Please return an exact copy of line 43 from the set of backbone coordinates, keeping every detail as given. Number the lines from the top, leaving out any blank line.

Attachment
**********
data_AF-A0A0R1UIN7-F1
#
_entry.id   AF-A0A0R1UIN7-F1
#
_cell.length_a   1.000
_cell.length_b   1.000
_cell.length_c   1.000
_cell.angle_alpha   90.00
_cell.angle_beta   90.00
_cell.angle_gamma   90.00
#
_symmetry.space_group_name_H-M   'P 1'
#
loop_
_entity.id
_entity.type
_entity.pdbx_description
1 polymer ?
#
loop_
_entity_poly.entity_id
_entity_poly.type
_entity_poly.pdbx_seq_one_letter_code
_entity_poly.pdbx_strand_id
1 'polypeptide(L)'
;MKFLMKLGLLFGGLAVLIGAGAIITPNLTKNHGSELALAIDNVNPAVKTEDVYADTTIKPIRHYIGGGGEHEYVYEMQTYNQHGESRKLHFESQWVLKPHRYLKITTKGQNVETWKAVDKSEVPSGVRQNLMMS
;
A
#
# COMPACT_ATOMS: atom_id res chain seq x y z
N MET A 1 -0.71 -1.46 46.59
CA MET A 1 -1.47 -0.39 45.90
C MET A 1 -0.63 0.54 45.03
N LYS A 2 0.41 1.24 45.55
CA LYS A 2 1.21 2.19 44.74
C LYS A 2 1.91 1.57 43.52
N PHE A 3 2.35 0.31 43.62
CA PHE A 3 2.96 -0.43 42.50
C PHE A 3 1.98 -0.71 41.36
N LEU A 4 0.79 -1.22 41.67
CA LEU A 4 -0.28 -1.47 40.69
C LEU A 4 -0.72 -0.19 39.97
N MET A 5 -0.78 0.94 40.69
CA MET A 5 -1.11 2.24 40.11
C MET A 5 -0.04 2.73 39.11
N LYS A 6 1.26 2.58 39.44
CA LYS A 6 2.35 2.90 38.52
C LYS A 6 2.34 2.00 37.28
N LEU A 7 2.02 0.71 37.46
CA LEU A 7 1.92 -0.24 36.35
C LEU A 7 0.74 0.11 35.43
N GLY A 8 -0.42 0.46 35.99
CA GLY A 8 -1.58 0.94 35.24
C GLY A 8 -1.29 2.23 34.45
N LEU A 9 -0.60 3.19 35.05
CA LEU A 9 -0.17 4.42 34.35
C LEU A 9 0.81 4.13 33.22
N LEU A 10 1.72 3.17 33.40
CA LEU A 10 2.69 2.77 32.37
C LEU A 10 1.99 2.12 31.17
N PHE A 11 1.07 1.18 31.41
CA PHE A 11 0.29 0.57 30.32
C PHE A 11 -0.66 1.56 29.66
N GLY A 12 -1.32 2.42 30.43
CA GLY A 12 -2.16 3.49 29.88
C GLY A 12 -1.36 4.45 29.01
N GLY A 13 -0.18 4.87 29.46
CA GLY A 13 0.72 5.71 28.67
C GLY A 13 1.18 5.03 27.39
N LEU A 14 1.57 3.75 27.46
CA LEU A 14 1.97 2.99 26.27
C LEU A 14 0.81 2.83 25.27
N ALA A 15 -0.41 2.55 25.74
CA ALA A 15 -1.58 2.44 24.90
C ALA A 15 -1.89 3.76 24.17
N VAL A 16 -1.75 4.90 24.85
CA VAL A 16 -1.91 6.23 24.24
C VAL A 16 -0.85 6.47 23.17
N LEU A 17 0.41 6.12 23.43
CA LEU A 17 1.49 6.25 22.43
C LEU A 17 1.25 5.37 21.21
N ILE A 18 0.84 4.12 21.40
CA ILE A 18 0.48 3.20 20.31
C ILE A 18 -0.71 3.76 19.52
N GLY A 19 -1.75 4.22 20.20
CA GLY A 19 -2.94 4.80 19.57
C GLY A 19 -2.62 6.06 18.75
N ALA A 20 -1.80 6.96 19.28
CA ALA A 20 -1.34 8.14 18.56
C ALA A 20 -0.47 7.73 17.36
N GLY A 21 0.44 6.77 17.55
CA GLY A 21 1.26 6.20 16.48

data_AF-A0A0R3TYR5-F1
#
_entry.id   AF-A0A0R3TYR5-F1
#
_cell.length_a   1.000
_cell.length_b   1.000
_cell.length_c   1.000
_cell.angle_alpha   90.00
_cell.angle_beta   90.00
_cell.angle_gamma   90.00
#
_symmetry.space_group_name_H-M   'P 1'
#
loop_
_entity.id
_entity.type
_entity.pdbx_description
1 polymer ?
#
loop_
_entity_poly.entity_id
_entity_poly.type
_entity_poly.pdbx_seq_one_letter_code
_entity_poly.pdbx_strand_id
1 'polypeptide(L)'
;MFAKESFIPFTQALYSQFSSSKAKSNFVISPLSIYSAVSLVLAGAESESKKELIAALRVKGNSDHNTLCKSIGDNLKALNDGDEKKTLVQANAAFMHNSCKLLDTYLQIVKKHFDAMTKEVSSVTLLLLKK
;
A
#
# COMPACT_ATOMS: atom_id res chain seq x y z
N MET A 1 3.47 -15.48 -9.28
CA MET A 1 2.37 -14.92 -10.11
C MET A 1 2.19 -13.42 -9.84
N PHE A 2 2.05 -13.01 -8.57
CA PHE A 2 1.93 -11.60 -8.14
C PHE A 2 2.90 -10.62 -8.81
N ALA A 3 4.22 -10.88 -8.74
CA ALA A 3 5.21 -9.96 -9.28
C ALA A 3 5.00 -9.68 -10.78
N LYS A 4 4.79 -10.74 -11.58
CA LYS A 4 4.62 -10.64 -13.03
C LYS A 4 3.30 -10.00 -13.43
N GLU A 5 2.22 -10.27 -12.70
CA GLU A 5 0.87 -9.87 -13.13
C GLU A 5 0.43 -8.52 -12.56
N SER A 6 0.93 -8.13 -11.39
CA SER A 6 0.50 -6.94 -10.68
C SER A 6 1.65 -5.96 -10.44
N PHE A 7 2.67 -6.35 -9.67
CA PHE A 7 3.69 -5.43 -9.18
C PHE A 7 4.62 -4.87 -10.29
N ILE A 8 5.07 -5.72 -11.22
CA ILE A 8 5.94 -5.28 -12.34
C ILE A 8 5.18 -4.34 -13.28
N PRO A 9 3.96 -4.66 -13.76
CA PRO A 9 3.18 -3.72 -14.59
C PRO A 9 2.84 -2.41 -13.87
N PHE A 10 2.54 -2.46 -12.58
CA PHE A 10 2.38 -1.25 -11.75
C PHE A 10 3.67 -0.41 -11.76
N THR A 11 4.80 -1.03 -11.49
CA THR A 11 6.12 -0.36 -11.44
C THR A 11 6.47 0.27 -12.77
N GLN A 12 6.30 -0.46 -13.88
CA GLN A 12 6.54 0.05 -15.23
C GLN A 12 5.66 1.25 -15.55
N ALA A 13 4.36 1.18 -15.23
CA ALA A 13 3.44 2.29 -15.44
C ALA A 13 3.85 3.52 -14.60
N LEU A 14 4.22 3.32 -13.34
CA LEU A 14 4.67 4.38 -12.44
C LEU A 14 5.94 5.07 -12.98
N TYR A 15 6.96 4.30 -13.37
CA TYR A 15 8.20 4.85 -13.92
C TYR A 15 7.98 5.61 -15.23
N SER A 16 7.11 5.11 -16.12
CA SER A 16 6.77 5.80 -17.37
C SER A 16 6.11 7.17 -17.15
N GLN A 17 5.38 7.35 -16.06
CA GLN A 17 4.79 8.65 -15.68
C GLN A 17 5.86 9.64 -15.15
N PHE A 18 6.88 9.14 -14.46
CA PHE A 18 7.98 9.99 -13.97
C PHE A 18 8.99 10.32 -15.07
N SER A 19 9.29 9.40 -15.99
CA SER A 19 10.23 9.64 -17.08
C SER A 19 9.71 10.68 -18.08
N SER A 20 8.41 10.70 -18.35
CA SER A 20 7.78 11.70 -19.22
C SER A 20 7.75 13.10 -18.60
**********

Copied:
N MET A 5 -0.78 0.94 40.69